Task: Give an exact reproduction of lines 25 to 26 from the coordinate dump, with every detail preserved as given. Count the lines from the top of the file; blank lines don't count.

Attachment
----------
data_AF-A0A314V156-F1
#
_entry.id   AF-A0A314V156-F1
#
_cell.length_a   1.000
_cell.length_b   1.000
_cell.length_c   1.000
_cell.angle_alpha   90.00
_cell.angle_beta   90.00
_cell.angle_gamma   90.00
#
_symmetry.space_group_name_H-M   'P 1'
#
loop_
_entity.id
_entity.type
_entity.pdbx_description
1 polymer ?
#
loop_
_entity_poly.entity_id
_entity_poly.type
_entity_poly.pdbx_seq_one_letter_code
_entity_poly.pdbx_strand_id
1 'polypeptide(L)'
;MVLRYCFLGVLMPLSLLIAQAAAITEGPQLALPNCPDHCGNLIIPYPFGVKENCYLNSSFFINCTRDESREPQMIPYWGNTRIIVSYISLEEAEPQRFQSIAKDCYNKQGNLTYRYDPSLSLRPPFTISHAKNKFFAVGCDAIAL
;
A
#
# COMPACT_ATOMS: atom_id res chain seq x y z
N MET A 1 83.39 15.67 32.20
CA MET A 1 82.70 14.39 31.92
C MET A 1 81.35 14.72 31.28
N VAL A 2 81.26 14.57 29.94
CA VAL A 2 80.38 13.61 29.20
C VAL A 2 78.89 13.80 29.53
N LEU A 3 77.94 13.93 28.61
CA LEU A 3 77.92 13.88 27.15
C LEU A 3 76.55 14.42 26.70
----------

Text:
1 'polypeptide(L)'
;MVLRYCFLGVLMPLSLLIAQAAAITEGPQLALPNCPDHCGNLIIPYPFGVKENCYLNSSFFINCTRDESREPQMIPYWGNTRIIVSYISLEEAEPQRFQSIAKDCYNKQGNLTYRYDPSLSLRPPFTISHAKNKFFAVGCDAIAL